It is a tradition in stage theatre to leave a lamppost without a lampshade lit in the middle of a stage every night a theatre closes. This is called a ghost light, and it is meant to provide light for the spirits of the theatre.
This is a theatrical tradition/superstition I’ve heard about multiple times throughout different acting classes and performances. I’ve never actually worked in a theatre that does this but many Off-Broadway theatres keep the tradition alive in New York. Superstition is very powerful in theatre. I’m not entirely sure how long the tradition has existed but certainly throughout the history of American theatre.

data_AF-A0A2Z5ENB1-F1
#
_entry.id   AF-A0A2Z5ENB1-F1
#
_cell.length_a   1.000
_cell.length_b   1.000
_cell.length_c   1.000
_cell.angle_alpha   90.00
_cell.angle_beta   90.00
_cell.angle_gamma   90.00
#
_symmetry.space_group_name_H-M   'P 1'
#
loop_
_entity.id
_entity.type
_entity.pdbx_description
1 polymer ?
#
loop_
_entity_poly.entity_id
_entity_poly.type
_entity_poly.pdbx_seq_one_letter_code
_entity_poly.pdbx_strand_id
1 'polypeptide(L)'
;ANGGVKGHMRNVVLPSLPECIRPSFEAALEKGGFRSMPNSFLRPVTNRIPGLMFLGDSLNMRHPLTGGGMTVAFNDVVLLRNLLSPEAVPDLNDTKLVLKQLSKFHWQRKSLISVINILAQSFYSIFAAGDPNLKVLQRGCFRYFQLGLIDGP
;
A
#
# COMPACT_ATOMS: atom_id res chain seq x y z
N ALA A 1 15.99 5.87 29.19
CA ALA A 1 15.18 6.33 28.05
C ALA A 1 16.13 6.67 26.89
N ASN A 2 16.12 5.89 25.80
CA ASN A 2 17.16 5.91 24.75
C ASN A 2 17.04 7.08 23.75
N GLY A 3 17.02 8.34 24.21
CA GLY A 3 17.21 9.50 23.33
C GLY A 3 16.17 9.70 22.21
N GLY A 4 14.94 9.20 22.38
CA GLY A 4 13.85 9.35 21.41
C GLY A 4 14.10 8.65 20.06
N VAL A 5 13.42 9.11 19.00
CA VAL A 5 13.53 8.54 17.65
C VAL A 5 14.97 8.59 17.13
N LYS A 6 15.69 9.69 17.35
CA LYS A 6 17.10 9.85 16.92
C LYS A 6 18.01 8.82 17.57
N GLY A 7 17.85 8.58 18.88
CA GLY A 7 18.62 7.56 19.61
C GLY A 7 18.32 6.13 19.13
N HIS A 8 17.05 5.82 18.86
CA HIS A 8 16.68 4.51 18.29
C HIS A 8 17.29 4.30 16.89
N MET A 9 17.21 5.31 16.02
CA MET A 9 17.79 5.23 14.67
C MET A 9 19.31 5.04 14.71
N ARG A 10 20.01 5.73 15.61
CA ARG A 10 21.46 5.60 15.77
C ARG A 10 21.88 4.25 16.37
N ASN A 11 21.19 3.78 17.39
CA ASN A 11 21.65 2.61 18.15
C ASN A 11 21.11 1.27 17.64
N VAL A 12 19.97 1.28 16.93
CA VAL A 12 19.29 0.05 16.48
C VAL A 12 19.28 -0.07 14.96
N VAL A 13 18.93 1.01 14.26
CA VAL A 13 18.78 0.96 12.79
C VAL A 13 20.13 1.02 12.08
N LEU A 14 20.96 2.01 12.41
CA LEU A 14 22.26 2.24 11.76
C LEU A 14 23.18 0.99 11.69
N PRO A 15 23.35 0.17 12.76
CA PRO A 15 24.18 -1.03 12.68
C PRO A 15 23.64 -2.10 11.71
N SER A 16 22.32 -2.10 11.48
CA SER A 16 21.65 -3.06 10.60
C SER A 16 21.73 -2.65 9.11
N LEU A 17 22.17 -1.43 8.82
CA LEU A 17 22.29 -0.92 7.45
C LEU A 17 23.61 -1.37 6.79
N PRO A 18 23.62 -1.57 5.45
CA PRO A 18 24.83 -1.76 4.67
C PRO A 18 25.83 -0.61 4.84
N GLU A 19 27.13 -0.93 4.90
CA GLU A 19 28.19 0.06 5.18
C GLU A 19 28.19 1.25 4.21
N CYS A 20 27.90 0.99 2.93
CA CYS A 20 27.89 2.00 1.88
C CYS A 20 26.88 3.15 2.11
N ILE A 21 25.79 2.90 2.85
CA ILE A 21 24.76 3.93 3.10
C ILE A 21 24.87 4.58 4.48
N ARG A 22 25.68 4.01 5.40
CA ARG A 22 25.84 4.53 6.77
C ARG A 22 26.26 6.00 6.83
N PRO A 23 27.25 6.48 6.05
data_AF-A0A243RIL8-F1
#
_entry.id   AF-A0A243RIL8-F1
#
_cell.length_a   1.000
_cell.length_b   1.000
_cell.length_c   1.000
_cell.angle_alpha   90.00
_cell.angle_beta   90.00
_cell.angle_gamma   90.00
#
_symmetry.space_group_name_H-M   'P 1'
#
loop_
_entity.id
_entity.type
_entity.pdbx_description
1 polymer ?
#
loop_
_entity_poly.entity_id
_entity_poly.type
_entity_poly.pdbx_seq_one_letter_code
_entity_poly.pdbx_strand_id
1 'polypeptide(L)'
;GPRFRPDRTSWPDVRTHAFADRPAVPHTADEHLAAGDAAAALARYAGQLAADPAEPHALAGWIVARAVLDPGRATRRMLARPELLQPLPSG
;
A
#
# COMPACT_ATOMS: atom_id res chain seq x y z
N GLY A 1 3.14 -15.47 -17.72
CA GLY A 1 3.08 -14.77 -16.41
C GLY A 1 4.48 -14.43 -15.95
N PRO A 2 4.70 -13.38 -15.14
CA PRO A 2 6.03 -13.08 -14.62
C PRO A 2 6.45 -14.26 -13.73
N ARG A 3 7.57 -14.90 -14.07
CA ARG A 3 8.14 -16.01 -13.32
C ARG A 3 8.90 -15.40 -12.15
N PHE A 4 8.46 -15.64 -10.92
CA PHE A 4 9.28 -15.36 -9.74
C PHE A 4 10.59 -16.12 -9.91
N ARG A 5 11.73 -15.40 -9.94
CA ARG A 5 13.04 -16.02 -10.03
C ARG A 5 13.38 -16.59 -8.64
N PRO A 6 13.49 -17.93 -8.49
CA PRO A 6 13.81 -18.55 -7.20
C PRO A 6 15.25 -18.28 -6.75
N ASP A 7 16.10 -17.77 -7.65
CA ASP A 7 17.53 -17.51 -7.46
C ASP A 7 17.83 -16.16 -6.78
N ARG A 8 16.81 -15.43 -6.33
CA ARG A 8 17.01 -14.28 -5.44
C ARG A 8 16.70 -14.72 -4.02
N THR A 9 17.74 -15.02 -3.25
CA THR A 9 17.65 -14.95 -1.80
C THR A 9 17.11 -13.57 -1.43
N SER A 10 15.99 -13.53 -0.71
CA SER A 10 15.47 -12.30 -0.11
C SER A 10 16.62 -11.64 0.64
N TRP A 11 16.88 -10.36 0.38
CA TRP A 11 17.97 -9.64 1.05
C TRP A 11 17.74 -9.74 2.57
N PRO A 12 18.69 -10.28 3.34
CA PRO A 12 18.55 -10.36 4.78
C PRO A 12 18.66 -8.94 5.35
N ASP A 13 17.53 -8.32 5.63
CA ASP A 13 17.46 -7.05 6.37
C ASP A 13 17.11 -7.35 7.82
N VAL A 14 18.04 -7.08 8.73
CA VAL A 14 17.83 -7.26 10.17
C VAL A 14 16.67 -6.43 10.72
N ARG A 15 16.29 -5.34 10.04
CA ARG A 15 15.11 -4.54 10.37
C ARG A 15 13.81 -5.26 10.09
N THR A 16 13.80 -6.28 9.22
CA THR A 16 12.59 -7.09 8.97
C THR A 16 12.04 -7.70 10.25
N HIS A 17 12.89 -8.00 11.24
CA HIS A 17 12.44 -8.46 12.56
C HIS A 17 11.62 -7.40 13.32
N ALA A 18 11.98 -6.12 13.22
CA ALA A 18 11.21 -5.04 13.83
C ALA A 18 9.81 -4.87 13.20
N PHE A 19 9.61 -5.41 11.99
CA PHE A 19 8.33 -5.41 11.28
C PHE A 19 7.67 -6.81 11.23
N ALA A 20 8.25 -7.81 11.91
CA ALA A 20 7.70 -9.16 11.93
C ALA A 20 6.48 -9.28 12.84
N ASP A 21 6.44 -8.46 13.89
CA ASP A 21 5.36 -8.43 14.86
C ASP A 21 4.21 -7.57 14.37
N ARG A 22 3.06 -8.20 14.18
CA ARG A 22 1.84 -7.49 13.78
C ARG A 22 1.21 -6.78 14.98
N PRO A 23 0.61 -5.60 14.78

Again I haven’t witnessed it first hand. Strangely I’ve seen ghost lamps in the storage spaces of theatres so maybe the tradition is fading. I was in a play within a play and the owners of the theatre used a ghost lamp, but outside of that I have yet to see it.
This obviously makes me think about the musical Phantom of the Opera, because it plays off that superstition of the haunted theatre. I’m taking a consumerism class right now, and this author Miller keeps bringing up how houses often take on the “haunted” condition due to past owners, and such. I think it’s interesting that for actors who often after long productions feel like they “live” at the theatre, that intensely personal space takes on similar connotations to the home.